EU unhappy with Macron's overspending
    Paris is facing a fine

    WORLD  20 June 2024 - 14:47

    The New York Times has published an article on the difficult financial situation France is currently facing. Caliber.Az reprints the article.  

    Add an entry to the list of troubles facing President Emmanuel Macron of France less than two weeks before pivotal legislative elections: potential financial penalties by the European Union for failure to rein in the nation’s ballooning deficit and debt.

    The reprimand, announced on June 19 in Brussels, highlighted France’s fragile finances at a moment of political turmoil, as the far right National Rally party, led by Marine Le Pen, and a left-wing coalition, the New Popular Front, appear increasingly positioned to form a new government that could weaken Macron’s grip on power.

    Macron threw French politics into disarray earlier this month by calling for snap parliamentary elections after his party was battered by the far right in European Parliament elections.

    The fiscal warning by E.U. authorities set the stage for a possible confrontation between Brussels and Paris. Both the National Rally and the New Popular Front have pledged to spend more on public services at a time when Macron is being forced to find deep budgetary cuts of up to 25 billion euros ($26.9 billion) this year to improve the nation’s finances. The opposition parties, however, are critical of EU institutions, and want to ease rather than tighten fiscal policy.

    France is in debt to the tune of around €3 trillion, or more than 110 per cent of gross domestic product, and a deficit of €154 billion, representing 5.5 per cent of economic output. The budget crunch comes after Macron spent heavily to support workers and businesses during pandemic lockdowns. His government also provided subsidies to help households cope with a jump in inflation after Russia’s invasion of Ukraine, which sent energy prices soaring.

    EU rules typically require member countries to maintain budgetary discipline or face hefty fines if debt climbs above 60 per cent of gross domestic product or if budget deficits reach more than 3 per cent.

    Those rules were suspended after the pandemic, when all European governments spent aggressively to shield their economies. But Brussels reinstated them this year and warned countries with sky-high spending to close the gap quickly or face a so-called excessive deficit procedure, which forces indebted governments to negotiate with Brussels or potentially face a fine.

    France was not the only country reprimanded on June 19: Six others, including Italy, Belgium and Poland, were found to be in violation of the bloc’s fiscal rules. All those governments will start negotiations with Brussels, which can stretch for years, in July. Romania, which was warned about its deficit in 2020, was also singled out as not doing enough to fix its finances.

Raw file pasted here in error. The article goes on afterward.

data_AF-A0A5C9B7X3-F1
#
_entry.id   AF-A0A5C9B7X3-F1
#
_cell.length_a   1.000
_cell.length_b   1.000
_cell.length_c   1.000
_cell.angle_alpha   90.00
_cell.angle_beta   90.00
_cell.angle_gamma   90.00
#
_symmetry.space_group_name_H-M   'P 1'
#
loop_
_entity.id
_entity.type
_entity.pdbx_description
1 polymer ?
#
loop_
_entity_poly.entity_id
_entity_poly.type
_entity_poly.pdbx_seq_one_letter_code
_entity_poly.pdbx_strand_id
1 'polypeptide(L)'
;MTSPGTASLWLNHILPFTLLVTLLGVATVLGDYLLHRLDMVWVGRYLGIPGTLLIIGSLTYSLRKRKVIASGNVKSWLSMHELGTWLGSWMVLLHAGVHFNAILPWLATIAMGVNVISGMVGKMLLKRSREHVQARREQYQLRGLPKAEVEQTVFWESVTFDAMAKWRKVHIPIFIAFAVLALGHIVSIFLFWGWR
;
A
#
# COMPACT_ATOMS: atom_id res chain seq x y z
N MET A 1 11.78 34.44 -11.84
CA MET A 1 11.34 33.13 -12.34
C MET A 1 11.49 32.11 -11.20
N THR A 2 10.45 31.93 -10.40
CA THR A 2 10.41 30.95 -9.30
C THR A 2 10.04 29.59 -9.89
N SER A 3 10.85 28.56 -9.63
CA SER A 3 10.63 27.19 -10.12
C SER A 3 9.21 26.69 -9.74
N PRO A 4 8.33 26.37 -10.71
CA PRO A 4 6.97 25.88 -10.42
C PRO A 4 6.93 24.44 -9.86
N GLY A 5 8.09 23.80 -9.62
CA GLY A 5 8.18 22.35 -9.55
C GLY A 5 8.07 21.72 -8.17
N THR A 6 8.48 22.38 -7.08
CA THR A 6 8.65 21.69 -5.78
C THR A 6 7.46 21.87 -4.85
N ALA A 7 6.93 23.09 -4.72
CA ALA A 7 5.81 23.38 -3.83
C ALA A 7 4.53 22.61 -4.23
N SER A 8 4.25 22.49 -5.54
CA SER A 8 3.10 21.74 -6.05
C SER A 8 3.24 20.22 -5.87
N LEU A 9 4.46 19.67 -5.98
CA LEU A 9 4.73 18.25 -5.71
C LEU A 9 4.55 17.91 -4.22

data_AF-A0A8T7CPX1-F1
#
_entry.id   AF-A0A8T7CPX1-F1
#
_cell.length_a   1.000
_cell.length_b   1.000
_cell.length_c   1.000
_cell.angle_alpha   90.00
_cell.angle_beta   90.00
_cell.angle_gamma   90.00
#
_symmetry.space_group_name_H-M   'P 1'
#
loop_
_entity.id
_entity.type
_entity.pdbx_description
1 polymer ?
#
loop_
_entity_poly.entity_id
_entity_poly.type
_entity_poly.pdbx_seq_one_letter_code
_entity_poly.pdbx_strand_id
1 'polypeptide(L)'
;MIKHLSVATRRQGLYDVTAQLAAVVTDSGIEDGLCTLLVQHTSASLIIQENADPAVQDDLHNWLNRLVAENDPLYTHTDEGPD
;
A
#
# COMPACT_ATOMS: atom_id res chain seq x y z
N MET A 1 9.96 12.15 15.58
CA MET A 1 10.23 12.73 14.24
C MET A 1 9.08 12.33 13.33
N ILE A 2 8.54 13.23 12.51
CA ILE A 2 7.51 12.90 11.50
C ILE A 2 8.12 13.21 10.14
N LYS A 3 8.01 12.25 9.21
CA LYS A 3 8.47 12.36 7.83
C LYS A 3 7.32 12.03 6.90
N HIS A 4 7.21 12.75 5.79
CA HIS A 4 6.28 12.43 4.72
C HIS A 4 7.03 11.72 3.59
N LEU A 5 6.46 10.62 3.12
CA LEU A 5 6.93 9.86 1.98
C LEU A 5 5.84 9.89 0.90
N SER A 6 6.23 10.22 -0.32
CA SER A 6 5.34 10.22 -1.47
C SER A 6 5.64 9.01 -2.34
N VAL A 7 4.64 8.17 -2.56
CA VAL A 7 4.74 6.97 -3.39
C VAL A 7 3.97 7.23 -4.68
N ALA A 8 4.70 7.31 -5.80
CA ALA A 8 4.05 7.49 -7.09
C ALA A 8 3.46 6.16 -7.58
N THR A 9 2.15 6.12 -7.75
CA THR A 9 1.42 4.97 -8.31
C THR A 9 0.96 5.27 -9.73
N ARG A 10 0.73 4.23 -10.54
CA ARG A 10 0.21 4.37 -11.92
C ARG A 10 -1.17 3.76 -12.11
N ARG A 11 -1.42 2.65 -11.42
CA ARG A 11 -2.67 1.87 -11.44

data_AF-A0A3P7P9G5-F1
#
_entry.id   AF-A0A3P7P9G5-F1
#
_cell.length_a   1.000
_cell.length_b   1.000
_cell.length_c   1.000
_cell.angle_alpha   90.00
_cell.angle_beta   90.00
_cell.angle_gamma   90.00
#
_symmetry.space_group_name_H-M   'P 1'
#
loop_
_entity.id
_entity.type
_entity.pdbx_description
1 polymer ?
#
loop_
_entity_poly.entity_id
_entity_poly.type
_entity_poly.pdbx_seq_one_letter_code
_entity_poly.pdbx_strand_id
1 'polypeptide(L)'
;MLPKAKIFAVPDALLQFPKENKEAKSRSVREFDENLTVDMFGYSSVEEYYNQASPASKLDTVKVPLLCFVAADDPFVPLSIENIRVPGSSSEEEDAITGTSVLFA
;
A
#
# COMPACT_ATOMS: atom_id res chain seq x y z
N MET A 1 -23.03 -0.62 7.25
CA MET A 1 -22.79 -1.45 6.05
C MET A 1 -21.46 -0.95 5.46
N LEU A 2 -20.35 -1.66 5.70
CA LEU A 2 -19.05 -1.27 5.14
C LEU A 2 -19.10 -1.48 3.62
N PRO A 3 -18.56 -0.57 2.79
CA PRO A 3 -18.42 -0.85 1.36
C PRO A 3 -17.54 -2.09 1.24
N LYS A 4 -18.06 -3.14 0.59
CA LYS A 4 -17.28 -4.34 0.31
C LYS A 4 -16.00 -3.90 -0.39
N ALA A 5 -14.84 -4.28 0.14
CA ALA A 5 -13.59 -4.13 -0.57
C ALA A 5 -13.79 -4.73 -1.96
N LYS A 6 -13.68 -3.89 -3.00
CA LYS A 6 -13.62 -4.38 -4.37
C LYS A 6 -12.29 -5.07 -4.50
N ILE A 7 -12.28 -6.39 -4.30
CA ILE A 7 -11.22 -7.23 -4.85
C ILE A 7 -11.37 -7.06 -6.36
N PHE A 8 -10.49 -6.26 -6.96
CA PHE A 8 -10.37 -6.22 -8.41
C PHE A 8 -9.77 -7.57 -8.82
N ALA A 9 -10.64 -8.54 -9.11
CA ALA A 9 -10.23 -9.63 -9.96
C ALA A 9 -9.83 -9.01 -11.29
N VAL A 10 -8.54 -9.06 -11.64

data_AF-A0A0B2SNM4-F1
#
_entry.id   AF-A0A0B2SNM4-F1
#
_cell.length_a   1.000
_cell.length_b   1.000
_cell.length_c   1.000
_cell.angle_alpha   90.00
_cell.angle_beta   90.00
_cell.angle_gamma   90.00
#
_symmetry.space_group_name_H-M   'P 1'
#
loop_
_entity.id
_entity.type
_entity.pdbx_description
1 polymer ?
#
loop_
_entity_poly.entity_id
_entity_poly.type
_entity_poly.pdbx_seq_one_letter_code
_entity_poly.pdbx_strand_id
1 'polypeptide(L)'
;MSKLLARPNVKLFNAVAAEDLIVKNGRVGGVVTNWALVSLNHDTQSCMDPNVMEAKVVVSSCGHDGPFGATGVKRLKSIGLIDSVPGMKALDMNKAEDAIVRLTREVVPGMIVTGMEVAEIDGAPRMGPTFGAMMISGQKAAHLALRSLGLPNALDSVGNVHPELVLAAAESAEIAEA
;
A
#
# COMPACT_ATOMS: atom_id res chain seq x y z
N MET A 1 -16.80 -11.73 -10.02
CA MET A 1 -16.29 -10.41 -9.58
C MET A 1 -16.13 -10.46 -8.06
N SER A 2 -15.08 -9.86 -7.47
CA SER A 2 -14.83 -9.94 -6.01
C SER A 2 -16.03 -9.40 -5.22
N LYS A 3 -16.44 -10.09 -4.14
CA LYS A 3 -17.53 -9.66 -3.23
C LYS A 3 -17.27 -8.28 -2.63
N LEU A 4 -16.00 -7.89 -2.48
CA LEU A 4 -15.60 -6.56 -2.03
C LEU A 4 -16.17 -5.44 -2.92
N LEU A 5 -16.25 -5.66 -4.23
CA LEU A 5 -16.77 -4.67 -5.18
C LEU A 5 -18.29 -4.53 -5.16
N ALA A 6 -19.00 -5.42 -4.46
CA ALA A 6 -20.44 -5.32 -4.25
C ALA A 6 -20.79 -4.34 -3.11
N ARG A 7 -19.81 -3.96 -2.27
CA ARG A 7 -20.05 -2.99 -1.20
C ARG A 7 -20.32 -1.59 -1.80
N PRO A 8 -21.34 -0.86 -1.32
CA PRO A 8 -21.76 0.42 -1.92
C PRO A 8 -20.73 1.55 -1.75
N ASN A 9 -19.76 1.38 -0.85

The rebuke from Brussels raises the stakes for the party that winds up taking power in France’s parliament after two rounds of voting that end on July 7. The National Rally, which supports a protectionist “France first” economic policy, could hold greater sway than ever, squeezing out Macron’s centrist party and throwing parliament into gridlock.

    “None of these outcomes are conducive for fiscal policy,” Mujtaba Rahman, the European managing director of the Eurasia Group think tank, wrote in a note. “A far-right or united left government would actually widen the fiscal deficit.”

    Macron had already ordered his government to start bringing its finances back into line. The European economy commissioner, Paolo Gentiloni, said Wednesday that despite the reprimand from Brussels, France was moving in the right direction.

    But the political chaos that Macron unleashed by calling an election has spooked investors who had increasingly seen France as attractive for investments. They are now focusing on the prospect of instability if Mr. Macron is forced to govern alongside the National Rally’s top lieutenant, Jordan Bardella, a protégé of Ms. Le Pen’s.

    Bardella has said that if he takes power, his first priority would be to address a cost-of-living crisis that has buffeted French households, primarily by slashing taxes on energy, gas and electricity at a cost of “several dozen billion” euros. He would also cut income taxes for French people under the age of 30 and encourage companies to raise salaries 10 per cent, without charging them additional social security taxes.

    Bardella this week backed away from some of his more costly pledges, including a plan to lower France’s retirement age to 60, after independent economists tallied the cost of his overall program at around €100 billion, shaking investors. French stocks slumped more than 6 per cent last week before recovering some of their losses in recent days. The risk premium that investors demand to hold French government bonds over Germany’s, the eurozone’s benchmark, is near its highest level since 2017.

    Investors are also concerned that the left-leaning New Popular Front coalition would throw financial caution to the wind with pledges to increase the minimum wage, cut the retirement age to 60 and freeze prices for necessities including food, energy and fuel. The party has said it would reject E.U. budgetary rules.

    The French finance minister, Bruno Le Maire, said this week that the opposition parties would “open the floodgates of public spending wide at a time when we should be restoring our accounts.”


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